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By Collin Breaux

As the opening notes to the Guns N’ Roses song “Welcome to the Jungle” played, the San Juan Capistrano City Council used hammers to smash holes in a wall of City Hall.

The current City Hall building will soon be demolished to make way for a new facility, and the City Council wanted to playfully kick off the transition during their last meeting at City Hall on Monday, Nov. 14.

City officials and staff bid farewell to the building—which has been “temporary” for decades—as they chowed down on tacos and cake in the parking lot during a pre-meeting ceremony, and later during the meeting itself. Packing boxes lined the back of the City Council Chamber on Monday night.

There were no tears shed for the outgoing building, which city officials have previously said does not exude the atmosphere one thinks of when picturing City Hall.

“After over 50 years, tonight will be the final meeting in the City Council Chamber,” Mayor Pro Tem Howard Hart said. “Later this week, we’ll be moving to temporary City Hall offices on Rancho Viejo Road and temporarily relocating the Council Chamber to the Nydegger Building on La Matanza Street, while the permanent Council Chamber is constructed at the Community Center.”

A formal groundbreaking ceremony with Jamboree Housing Corporation—which will also be constructing an affordable housing complex at the City Hall site for veterans and formerly homeless people—is in the works for January.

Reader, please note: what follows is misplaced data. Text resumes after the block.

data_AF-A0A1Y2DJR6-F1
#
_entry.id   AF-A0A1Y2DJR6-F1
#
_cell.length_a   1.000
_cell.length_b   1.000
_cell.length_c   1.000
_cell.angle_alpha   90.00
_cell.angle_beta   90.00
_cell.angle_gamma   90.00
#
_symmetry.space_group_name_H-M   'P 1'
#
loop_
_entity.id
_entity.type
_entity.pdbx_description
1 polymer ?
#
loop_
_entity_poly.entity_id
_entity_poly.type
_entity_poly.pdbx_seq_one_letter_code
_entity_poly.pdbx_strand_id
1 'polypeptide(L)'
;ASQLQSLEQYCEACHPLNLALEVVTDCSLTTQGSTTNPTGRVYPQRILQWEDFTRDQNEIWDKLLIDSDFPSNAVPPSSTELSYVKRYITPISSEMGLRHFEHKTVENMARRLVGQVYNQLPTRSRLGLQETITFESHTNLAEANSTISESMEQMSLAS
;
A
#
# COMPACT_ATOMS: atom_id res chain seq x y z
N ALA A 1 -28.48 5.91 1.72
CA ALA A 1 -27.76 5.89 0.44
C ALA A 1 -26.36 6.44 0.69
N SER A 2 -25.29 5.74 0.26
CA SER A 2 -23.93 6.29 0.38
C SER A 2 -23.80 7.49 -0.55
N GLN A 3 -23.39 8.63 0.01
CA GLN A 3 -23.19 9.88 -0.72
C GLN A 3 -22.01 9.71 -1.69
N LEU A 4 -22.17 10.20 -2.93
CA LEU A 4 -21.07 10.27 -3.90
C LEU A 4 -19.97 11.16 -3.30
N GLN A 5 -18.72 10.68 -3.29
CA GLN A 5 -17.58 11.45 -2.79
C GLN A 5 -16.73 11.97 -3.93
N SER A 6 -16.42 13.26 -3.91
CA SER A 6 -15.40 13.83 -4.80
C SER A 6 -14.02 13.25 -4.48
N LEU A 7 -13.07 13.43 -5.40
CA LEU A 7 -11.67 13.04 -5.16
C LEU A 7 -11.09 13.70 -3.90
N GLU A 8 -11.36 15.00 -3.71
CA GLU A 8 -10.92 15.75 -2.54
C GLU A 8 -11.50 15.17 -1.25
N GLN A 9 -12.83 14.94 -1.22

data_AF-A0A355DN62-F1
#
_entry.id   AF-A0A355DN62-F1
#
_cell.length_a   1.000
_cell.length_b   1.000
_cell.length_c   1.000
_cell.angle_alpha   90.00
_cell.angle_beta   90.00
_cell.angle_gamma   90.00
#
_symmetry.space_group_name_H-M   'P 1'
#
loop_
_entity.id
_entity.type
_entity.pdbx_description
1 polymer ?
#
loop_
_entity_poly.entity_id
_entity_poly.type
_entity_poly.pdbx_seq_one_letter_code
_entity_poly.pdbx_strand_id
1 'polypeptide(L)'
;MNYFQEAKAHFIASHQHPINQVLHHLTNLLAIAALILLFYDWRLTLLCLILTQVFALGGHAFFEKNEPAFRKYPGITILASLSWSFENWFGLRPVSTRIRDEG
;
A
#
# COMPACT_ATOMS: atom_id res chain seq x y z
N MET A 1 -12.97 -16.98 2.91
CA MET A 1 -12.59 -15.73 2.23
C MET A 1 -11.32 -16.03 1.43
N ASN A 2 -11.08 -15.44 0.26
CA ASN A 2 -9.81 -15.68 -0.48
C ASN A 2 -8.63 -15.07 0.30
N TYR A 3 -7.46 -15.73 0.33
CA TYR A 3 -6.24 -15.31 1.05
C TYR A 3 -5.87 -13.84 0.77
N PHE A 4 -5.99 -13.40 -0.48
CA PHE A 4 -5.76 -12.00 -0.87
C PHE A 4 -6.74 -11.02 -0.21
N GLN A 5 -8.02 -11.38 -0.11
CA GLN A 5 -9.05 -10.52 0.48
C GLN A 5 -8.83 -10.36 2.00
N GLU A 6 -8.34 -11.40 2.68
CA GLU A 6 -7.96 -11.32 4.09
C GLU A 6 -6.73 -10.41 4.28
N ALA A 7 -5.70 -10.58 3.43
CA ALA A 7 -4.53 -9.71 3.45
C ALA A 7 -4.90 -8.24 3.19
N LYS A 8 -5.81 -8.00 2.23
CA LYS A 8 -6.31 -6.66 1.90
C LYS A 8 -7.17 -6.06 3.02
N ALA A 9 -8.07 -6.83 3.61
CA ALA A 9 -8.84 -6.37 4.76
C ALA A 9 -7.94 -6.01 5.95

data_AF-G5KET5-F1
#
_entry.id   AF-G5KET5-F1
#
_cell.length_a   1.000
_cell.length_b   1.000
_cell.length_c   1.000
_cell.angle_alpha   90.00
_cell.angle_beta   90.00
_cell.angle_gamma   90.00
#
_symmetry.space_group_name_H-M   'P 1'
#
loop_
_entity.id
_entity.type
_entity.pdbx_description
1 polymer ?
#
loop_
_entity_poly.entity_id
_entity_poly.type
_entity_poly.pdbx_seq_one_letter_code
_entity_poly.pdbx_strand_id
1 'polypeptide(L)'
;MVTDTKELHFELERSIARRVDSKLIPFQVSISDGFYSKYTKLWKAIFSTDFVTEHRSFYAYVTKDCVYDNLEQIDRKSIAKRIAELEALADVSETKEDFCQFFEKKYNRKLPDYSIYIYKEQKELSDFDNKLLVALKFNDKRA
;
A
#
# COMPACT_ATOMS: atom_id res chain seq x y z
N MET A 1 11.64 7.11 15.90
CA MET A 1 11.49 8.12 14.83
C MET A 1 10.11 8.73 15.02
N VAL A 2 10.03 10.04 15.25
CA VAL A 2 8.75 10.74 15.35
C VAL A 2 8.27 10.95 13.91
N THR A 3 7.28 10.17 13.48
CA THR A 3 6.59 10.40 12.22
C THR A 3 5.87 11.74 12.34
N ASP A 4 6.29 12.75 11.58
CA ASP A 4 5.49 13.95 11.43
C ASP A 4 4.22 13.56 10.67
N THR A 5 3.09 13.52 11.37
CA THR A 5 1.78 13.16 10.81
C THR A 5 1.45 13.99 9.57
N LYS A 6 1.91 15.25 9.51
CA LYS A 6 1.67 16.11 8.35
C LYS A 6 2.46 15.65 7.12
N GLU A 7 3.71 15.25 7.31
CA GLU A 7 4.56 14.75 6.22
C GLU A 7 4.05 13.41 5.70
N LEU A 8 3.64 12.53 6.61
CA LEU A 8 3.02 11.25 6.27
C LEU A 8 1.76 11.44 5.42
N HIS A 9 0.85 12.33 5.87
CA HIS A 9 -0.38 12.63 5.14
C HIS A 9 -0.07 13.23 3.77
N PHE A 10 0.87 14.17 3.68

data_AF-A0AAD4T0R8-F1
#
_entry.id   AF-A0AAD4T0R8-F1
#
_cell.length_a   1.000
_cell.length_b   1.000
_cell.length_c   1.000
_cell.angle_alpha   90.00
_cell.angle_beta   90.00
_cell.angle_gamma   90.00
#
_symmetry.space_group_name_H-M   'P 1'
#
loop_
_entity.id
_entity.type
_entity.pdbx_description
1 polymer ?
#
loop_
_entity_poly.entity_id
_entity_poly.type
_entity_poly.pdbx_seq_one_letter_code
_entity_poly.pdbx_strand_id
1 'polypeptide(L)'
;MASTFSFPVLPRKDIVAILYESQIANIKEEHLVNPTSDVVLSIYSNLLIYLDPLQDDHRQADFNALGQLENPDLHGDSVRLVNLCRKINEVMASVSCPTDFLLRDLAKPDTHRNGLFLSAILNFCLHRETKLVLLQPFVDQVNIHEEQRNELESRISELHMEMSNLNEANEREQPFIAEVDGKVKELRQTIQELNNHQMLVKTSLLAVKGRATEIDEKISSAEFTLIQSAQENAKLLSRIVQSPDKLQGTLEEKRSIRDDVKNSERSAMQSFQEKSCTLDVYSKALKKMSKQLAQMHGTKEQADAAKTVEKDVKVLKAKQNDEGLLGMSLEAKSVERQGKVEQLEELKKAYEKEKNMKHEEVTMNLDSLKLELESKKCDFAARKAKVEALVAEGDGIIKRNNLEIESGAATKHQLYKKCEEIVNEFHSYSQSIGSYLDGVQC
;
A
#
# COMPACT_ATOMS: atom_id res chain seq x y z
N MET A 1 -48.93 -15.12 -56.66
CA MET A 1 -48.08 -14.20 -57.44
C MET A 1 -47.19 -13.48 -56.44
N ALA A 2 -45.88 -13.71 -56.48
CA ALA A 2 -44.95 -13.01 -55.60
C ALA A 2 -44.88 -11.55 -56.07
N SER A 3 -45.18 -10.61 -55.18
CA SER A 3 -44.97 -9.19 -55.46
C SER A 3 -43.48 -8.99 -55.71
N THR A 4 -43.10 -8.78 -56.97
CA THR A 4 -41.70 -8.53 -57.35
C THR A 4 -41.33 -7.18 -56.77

The new City Hall building will be two stories, and construction is anticipated to be complete in January 2025. Construction on the new City Council Chamber at the Community Center is expected to begin in February of next year and be complete by that September.

Other city governing boards, including the Planning Commission and Cultural Heritage Commission, will also conduct meetings at the Nydegger Building during construction and eventually at the new City Hall complex after construction.

“I can say I’m the only person that’s been under this building that’s in the room, and I’ve been under it several times fixing the phone wires from rats eating them,” said resident and community volunteer Steve Behmerwohld, who used to work as a telephone lineman. “We’re going to be much better off with a new abode, and hopefully, this thing with the transitional housing will work out, and staff will have a much nicer place to work. Congratulations.”

Hart had a wry dig at the current building when a technical snafu briefly happened during a city staff presentation on a separate agenda item.

“This building almost made it to the end,” he quipped.

Collin Breaux

Collin Breaux covers San Juan Capistrano and other South Orange County news as the City Editor for The Capistrano Dispatch. Before moving to California, he covered Hurricane Michael, politics and education in Panama City, Florida. He can be reached by email at

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